- PSA is a protein that is produced by both cancerous and noncancerous prostate tissue.
- High PSA levels may indicate prostate cancer but can also be a sign of an inflamed prostate.
- Other factors besides PSA levels must be taken into account when diagnosing prostate cancer.
Prostate cancer is one of the most common types of cancers in men. The prostate gland, which exists only in men, is involved in the production of semen. Cancer in the prostate often grows very slowly and remains within the gland.
In some instances it can be more aggressive, which means it grows quickly and can spread beyond the prostate. Many factors will determine the best treatment plan, including the stage of the cancer, PSA level, grade of the tumor (i.e., Gleason score), age of the patient, and the patient’s other health issues.
The prostate gland makes a protein called prostate-specific antigen, or PSA. A healthy man without prostate cancer should have a small amount of PSA circulating in his blood.
Some conditions related to the prostate can cause the gland to produce more PSA than normal. These include prostatitis, benign prostatic hyperplasia (enlarged prostate), and prostate cancer.
A PSA test is a test that measures the levels of the protein in the blood. The results are typically given in nanograms of PSA per milliliter of blood (ng/mL). A measurement of 4 ng/mL is considered to be normal, but this baseline changes with age. As a man ages, his PSA levels naturally rise. According to the National Cancer Institute (NCI), many organizations caution against routine PSA testing to screen for prostate cancer in average risk men. However, PSA testing can be used to help diagnose prostate cancer, determine a prognosis for those who have prostate cancer, and track progression of the cancer or response to treatment.
Staging of prostate cancer is used to communicate how advanced the disease is and to help plan treatment. Stages range from 1 to 4, with the disease being most advanced in stage 4. There are a number of factors that go into this labeling.
Prostate cancer, like many other cancers, is described based on the American Joint Committee on Cancer (AJCC) TMN staging system. This staging system is based on the size or extent of the tumor, the number of lymph nodes involved, and whether or not the cancer has spread or metastasized to distant sites or organs. Prognostic groups are further determined based on two additional factors: the PSA level and the Gleason score.
The role of PSA in staging
PSA levels are just one factor used in determining the stage and prognostic groups of prostate cancer.
Some men who have prostate cancer do not exhibit elevated PSA levels, and some noncancerous conditions, like a prostate infection or benign enlargement, can cause high PSA levels.
Stage 1 prostate cancer is characterized by a Gleason score of less than 6: the cancer is restricted to one half of the prostate with no spreading to surrounding tissues and a PSA level below 10. The Gleason score compares cancer cells to normal cells. The more the cells differ from normal cells, the higher the score and the more aggressive the cancer. Like the PSA level, it is just one piece of the puzzle.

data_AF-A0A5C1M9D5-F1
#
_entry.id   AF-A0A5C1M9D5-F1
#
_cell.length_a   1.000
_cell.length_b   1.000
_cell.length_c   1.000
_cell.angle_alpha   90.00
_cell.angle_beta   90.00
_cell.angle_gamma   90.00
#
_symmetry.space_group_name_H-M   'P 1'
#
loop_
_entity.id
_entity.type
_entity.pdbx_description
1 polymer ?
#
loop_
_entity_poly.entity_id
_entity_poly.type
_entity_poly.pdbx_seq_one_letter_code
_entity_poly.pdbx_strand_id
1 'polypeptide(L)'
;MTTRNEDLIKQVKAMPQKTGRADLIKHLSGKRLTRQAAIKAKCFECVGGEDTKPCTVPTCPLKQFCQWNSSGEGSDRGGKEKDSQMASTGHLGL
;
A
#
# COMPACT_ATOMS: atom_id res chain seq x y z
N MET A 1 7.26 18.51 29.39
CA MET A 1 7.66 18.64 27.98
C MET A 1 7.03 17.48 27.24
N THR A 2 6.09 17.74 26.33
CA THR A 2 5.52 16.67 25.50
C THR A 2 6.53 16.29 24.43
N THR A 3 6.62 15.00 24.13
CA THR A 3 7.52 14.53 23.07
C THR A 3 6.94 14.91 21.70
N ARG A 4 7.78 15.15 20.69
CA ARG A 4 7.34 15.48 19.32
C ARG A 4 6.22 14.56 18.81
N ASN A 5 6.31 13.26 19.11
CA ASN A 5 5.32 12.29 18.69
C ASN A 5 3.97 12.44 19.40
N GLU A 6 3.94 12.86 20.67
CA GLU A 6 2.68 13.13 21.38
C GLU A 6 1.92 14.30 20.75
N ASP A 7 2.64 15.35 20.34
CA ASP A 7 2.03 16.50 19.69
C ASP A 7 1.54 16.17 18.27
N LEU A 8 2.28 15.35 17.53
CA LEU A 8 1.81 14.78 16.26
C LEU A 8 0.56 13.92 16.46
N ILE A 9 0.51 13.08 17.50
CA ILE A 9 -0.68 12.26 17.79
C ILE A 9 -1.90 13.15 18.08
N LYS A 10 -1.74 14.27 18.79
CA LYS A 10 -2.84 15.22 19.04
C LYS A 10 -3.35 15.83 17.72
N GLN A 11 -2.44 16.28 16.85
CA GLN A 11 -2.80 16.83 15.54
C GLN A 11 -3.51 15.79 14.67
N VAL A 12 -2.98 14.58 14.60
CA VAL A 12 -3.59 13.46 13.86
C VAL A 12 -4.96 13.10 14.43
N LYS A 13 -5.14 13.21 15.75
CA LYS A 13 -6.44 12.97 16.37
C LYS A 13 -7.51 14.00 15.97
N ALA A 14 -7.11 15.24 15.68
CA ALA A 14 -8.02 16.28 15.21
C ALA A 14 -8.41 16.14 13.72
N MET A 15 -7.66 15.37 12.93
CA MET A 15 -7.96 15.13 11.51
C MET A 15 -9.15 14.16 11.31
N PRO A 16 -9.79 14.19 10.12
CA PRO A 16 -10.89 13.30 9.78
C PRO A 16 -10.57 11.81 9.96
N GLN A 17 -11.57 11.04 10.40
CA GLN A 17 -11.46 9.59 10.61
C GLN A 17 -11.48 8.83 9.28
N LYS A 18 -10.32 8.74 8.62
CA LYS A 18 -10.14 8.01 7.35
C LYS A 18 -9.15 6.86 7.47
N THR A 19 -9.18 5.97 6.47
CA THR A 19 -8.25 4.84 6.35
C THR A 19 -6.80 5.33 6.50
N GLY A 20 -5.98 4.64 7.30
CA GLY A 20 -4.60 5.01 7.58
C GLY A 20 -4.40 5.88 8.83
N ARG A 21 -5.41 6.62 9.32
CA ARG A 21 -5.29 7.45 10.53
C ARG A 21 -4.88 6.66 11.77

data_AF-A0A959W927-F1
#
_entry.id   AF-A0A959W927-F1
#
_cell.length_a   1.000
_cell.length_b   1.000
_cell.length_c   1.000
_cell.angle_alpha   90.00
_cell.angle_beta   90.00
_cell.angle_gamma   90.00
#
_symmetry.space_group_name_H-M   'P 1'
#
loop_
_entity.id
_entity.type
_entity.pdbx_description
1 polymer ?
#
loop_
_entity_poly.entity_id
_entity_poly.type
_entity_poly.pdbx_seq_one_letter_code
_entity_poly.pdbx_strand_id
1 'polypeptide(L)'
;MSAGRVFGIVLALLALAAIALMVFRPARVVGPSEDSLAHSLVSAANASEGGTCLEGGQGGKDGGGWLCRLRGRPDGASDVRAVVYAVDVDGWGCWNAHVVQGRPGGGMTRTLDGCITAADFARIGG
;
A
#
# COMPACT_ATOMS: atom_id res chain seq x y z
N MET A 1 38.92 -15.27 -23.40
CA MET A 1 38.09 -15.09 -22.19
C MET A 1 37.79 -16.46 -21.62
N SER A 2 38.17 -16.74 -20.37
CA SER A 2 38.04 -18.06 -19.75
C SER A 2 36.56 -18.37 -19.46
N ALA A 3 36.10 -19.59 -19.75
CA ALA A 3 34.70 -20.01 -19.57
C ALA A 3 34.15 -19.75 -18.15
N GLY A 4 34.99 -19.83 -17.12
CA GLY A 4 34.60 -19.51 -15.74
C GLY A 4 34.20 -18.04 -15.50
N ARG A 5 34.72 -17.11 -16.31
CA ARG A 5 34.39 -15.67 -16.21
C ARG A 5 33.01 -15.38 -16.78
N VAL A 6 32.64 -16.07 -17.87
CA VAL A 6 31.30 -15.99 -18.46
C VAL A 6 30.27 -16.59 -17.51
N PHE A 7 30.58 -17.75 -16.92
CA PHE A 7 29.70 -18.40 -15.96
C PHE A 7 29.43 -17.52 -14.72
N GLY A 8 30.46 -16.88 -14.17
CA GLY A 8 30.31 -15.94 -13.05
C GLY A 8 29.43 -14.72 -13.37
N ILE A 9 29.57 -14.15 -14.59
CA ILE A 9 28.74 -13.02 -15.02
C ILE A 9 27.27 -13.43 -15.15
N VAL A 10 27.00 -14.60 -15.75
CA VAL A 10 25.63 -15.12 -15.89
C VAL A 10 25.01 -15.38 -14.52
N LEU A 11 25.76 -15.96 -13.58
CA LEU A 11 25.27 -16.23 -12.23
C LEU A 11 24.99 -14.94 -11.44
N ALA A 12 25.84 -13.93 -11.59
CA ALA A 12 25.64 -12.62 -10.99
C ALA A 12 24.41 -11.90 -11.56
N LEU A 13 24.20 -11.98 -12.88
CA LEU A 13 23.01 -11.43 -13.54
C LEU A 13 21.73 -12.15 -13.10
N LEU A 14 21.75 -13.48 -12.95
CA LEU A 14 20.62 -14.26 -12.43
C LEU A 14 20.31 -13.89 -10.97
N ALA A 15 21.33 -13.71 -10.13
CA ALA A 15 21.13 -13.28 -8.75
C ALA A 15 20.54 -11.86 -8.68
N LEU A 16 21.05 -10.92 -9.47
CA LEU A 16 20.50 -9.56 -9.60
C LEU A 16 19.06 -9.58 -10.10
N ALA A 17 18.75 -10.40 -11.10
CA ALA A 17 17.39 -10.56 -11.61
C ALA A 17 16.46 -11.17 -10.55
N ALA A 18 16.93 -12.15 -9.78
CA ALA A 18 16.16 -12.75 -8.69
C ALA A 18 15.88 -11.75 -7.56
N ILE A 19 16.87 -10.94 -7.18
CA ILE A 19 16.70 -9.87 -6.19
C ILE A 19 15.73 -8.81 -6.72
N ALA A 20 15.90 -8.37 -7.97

In stage 2A prostate cancer, the tumor is still restricted to one side of the prostate, but the Gleason score may be up to 7, and the PSA levels are greater than 10 but less than 20 ng/mL.
By stage 2B, the tumor may have spread to the opposite side of the prostate gland, but it also may still be contained on one side. If the tumor is still restricted to one half of the prostate, a Gleason score of 8 or higher or a PSA level of 20 or greater categorizes the cancer as stage IIB. If the tumor has spread to both sides of the prostate then the stage is IIB regardless of the Gleason score and the PSA level.
Stages 3 and 4
By the time prostate cancer has reached stage 3 or stage 4, the cancer is very advanced. At this point, the stage is determined by the extent of the spread of the cancer, and the PSA level and Gleason score do not factor in the staging. In stage III the tumor has grown through the prostate capsule and may have invaded nearby tissue. By stage 4 the tumor is fixed or immovable and invades nearby structures beyond the seminal vesicles. It may also have spread to distant sites like lymph nodes or bones.
To determine the size and extent of the prostate tumor, doctors use imaging techniques like CT scans, MRIs, PET scans, and biopsies of prostate and other tissue.
PSA tests are one tool used to stage prostate cancer, but as a screening tool it’s controversial and not always recommended. Research has proven that using PSA to screen for cancer does not save lives. On the other hand, it can cause harm by leading to more invasive procedures — like biopsies and surgery — that may not be necessary and can have complications and side effects. For this reason, the NCI cautions against the routine use of PSA screening for men at average risk of getting prostate cancer.
It may be a useful tool for high-risk men, especially African-Americans or those with a family history of prostate cancer. If you are considering PSA screening you should understand the risks and benefits of this test. PSA testing does remain, however, an important tool in staging and monitoring prostate cancer once it has been diagnosed and helping assess response to treatment.